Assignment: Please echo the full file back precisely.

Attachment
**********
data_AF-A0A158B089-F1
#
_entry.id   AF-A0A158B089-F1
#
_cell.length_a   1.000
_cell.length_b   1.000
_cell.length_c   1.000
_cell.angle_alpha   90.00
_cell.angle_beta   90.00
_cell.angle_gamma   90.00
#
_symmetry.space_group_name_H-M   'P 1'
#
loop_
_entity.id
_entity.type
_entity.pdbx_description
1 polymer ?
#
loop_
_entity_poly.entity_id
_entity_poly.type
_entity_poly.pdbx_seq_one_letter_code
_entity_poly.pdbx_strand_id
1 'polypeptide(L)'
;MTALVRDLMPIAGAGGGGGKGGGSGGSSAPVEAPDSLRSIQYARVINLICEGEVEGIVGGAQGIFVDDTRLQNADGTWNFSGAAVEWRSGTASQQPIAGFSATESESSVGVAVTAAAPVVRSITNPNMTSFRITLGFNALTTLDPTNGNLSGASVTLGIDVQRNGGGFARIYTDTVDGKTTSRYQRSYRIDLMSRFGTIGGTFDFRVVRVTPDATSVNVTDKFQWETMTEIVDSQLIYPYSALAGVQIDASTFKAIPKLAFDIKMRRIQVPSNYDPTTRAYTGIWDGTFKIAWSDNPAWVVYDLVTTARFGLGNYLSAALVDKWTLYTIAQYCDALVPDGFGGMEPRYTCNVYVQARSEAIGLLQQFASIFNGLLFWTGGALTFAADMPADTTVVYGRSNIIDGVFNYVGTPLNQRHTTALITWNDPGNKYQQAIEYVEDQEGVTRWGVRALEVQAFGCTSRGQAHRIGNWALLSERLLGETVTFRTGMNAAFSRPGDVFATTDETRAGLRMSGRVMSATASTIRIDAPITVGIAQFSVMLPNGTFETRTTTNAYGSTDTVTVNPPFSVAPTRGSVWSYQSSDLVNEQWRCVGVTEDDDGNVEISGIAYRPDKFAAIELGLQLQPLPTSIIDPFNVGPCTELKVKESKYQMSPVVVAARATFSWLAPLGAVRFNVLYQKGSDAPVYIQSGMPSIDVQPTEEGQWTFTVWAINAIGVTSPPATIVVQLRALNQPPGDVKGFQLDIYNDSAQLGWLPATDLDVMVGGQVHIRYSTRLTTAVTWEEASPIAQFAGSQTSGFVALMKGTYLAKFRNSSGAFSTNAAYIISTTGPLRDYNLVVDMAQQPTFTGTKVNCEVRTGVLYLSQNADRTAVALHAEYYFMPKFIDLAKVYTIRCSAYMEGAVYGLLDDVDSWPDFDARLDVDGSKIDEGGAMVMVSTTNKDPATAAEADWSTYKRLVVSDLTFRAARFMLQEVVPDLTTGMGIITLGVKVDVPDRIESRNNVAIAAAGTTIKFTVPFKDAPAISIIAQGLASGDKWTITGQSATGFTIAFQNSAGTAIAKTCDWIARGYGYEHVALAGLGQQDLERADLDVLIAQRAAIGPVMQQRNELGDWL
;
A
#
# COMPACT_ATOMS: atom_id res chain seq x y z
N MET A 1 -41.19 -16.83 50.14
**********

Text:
data_AF-A0A158B089-F1
#
_entry.id   AF-A0A158B089-F1
#
_cell.length_a   1.000
_cell.length_b   1.000
_cell.length_c   1.000
_cell.angle_alpha   90.00
_cell.angle_beta   90.00
_cell.angle_gamma   90.00
#
_symmetry.space_group_name_H-M   'P 1'
#
loop_
_entity.id
_entity.type
_entity.pdbx_description
1 polymer ?
#
loop_
_entity_poly.entity_id
_entity_poly.type
_entity_poly.pdbx_seq_one_letter_code
_entity_poly.pdbx_strand_id
1 'polypeptide(L)'
;MTALVRDLMPIAGAGGGGGKGGGSGGSSAPVEAPDSLRSIQYARVINLICEGEVEGIVGGAQGIFVDDTRLQNADGTWNFSGAAVEWRSGTASQQPIAGFSATESESSVGVAVTAAAPVVRSITNPNMTSFRITLGFNALTTLDPTNGNLSGASVTLGIDVQRNGGGFARIYTDTVDGKTTSRYQRSYRIDLMSRFGTIGGTFDFRVVRVTPDATSVNVTDKFQWETMTEIVDSQLIYPYSALAGVQIDASTFKAIPKLAFDIKMRRIQVPSNYDPTTRAYTGIWDGTFKIAWSDNPAWVVYDLVTTARFGLGNYLSAALVDKWTLYTIAQYCDALVPDGFGGMEPRYTCNVYVQARSEAIGLLQQFASIFNGLLFWTGGALTFAADMPADTTVVYGRSNIIDGVFNYVGTPLNQRHTTALITWNDPGNKYQQAIEYVEDQEGVTRWGVRALEVQAFGCTSRGQAHRIGNWALLSERLLGETVTFRTGMNAAFSRPGDVFATTDETRAGLRMSGRVMSATASTIRIDAPITVGIAQFSVMLPNGTFETRTTTNAYGSTDTVTVNPPFSVAPTRGSVWSYQSSDLVNEQWRCVGVTEDDDGNVEISGIAYRPDKFAAIELGLQLQPLPTSIIDPFNVGPCTELKVKESKYQMSPVVVAARATFSWLAPLGAVRFNVLYQKGSDAPVYIQSGMPSIDVQPTEEGQWTFTVWAINAIGVTSPPATIVVQLRALNQPPGDVKGFQLDIYNDSAQLGWLPATDLDVMVGGQVHIRYSTRLTTAVTWEEASPIAQFAGSQTSGFVALMKGTYLAKFRNSSGAFSTNAAYIISTTGPLRDYNLVVDMAQQPTFTGTKVNCEVRTGVLYLSQNADRTAVALHAEYYFMPKFIDLAKVYTIRCSAYMEGAVYGLLDDVDSWPDFDARLDVDGSKIDEGGAMVMVSTTNKDPATAAEADWSTYKRLVVSDLTFRAARFMLQEVVPDLTTGMGIITLGVKVDVPDRIESRNNVAIAAAGTTIKFTVPFKDAPAISIIAQGLASGDKWTITGQSATGFTIAFQNSAGTAIAKTCDWIARGYGYEHVALAGLGQQDLERADLDVLIAQRAAIGPVMQQRNELGDWL
;
A
#
# COMPACT_ATOMS: atom_id res chain seq x y z
N MET A 1 -41.19 -16.83 50.14